Considering how much I’ve written about DVD kiosks, some may be surprised that I recently made my first Redbox DVD rental. I was at the grocery store last week and saw that the kiosk offered the most recent Indiana Jones movie. Indiana Jones has always been a favorite of mine, so on an impulse I rented the DVD. I probably would have rented from Redbox sooner, but between TiVo, Netflix and Internet movies and TV shows, I’ve had no shortage of content and couldn’t justify spending even a measly buck.
The entire rental process was very easy and only reinforced my belief that Redbox will be wildly successful with their business model. In fact, I’ve also noticed that 7-11 has even begun testing Redbox at their stores. I’m not sure if it was the convenience of using a machine instead of dealing with long lines and surly video store clerks or the convenience of being able to make a rental as I was finishing up my grocery shopping, but now that I’ve gotten a taste, I’m sure that I’ll be back.
While it would be hard to improve on the kiosk experience, in thinking about my own entertainment needs, I realized that there is one area of the kiosk market that is still being ignored. When it comes to DVDs, there have been a number of firms who’ve thrown their hat into the kiosk ring, but so far we haven’t seen anyone introduce a kiosk system that dispenses video games.
As a casual gamer, I tend to prefer purchasing my games over renting, but every now and then I end up buying a bomb and get upset that I’m out $60 for a weak title. When it comes to movies, I have no interest in watching the same one over and over again, but I could play a video game for a year and still get just as much enjoyment as the first time I picked it up. While the cost of video games would be higher, I have to imagine that there would be a lot of people like myself who would love to be able to rent a game and keep it, if it happens to rock. In fact, if Redbox (or Gamefly, Gamestop or even [shudder] Blockbuster) introduced a rent to own kiosk system, I’d probably start buying 100% of my games from them.
Because video games tend to appeal to a more niche audience, it would be harder to introduce these kiosks in places like grocery stores of coffee shops, but I do think that companies like Burger King would love to have junk food loving adolescent males visiting their stores on a regular basis, so that they can check out (and return) the latest gaming titles. The extra cost of the video games would mean that they’d probably need to be charging closer to $3 a rental vs. the $1 bargain that Redbox offers for movies, so it’s possible that kiosk operators would see less demand for this type of service, but I imagine that the sell through rate would be significantly higher, going a long way towards making this idea economically viable.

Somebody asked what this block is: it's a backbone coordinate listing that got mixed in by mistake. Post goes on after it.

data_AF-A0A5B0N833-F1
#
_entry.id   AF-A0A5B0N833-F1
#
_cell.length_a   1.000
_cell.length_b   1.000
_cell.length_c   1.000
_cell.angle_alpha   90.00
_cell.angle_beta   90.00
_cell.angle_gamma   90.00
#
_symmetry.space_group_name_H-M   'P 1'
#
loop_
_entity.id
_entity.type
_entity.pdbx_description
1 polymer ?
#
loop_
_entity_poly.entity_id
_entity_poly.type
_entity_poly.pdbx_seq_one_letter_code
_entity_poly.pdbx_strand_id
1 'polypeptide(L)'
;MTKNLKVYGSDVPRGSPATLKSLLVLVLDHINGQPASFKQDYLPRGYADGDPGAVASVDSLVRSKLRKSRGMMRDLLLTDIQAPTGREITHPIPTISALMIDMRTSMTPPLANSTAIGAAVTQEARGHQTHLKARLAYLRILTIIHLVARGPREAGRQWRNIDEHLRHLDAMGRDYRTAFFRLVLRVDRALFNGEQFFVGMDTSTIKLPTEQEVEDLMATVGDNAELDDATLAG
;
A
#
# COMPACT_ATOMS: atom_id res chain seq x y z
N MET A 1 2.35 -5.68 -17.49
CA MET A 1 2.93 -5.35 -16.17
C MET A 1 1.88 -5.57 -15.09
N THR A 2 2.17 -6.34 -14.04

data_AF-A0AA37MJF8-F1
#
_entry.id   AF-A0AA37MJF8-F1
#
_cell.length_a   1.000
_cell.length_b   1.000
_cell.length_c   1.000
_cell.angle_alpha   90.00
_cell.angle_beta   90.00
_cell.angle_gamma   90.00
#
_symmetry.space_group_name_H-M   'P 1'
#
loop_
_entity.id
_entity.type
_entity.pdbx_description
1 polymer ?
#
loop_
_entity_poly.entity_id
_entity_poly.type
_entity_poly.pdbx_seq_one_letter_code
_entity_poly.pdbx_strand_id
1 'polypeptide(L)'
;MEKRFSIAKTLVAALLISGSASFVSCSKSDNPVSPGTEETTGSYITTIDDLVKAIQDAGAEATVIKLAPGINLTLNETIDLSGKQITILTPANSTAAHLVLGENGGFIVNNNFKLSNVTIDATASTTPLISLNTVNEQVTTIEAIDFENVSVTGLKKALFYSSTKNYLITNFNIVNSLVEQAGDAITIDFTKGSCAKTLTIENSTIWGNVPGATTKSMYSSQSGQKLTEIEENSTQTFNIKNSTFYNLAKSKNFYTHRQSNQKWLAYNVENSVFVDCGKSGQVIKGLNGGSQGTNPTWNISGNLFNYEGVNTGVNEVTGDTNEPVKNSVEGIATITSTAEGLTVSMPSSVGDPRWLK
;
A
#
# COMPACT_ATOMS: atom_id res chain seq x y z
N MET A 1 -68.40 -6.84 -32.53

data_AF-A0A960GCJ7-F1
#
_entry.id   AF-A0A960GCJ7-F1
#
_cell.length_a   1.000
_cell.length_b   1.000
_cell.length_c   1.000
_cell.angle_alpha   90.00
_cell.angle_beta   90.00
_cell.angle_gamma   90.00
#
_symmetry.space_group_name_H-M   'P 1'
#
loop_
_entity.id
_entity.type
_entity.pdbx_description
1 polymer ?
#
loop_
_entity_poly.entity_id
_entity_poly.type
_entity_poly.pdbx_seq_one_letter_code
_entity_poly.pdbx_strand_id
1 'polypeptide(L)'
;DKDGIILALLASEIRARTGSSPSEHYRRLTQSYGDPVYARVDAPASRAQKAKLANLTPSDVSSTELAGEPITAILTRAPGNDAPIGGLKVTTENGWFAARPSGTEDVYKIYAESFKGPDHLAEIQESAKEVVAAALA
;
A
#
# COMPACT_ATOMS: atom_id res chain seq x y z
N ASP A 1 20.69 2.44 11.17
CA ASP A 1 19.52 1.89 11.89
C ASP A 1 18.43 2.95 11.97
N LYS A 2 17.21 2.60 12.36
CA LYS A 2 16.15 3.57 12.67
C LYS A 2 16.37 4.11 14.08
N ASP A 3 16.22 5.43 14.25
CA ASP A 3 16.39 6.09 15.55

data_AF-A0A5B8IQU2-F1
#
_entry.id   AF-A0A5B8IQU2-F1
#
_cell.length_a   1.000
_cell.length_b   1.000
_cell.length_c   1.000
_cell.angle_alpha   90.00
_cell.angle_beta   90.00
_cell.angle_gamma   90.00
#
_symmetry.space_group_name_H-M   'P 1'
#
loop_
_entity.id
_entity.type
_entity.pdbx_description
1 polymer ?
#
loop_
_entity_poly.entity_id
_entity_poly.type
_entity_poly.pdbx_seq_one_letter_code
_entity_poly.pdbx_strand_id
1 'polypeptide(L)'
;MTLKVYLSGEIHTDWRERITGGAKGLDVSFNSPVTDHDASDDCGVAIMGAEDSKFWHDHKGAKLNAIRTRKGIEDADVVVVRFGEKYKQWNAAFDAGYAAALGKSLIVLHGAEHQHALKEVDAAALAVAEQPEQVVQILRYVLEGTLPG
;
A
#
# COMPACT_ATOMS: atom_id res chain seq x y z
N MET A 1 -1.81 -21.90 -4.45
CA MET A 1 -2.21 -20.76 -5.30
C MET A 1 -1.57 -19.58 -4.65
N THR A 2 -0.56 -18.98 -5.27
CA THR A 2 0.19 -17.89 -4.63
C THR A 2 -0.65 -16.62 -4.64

Another issue that a video game kiosk would face, would be having to stock multiple versions of a game. When it comes to DVDs, a single standard allows you to play your movies whether your DVD player happens to be made by LG or Toshiba, but with video games, you’ve got Sony, Nintendo and Microsoft all battling for the living room, which would mean that you’d have to carry less titles to handle more formats or you’d need to have a company like Sony build kiosks that would exclusively support just PS3 games, even if it meant reducing the pool of potential customers.
While a video game kiosk would have some challenges, I think that most of these could be easily solved. I’m not sure why we haven’t seen anyone come out with a product like this yet, but I believe that there is a great market opportunity for the first one to make a move. Currently, it takes about 9 months for a Redbox kiosk to completely pay for itself. Even if it took twice as long for a video game kiosk to pay off, it’d still make an incredible investment for most businesses, even before you consider some of the extra benefits like driving more traffic to the retailer. I’m not sure whether or not someone will seize on this opportunity, but if they do, you can bet that I’ll be a customer. While I may have more then enough solutions when it comes to getting movies, getting a video game can still be a hassle.
What do you think, if someone allowed you to rent video games from a kiosk for $3 a day (or buy them for $50 – $60), would you be interested or is this just a niche market for people too lazy to drive to Gamespot?
Davis Freeberg is a technology enthusiast living in the Bay Area. He enjoys writing about movies, music, and the impact that digital technology is having on traditional media. Read more at Davis Freeberg’s Digital Connection.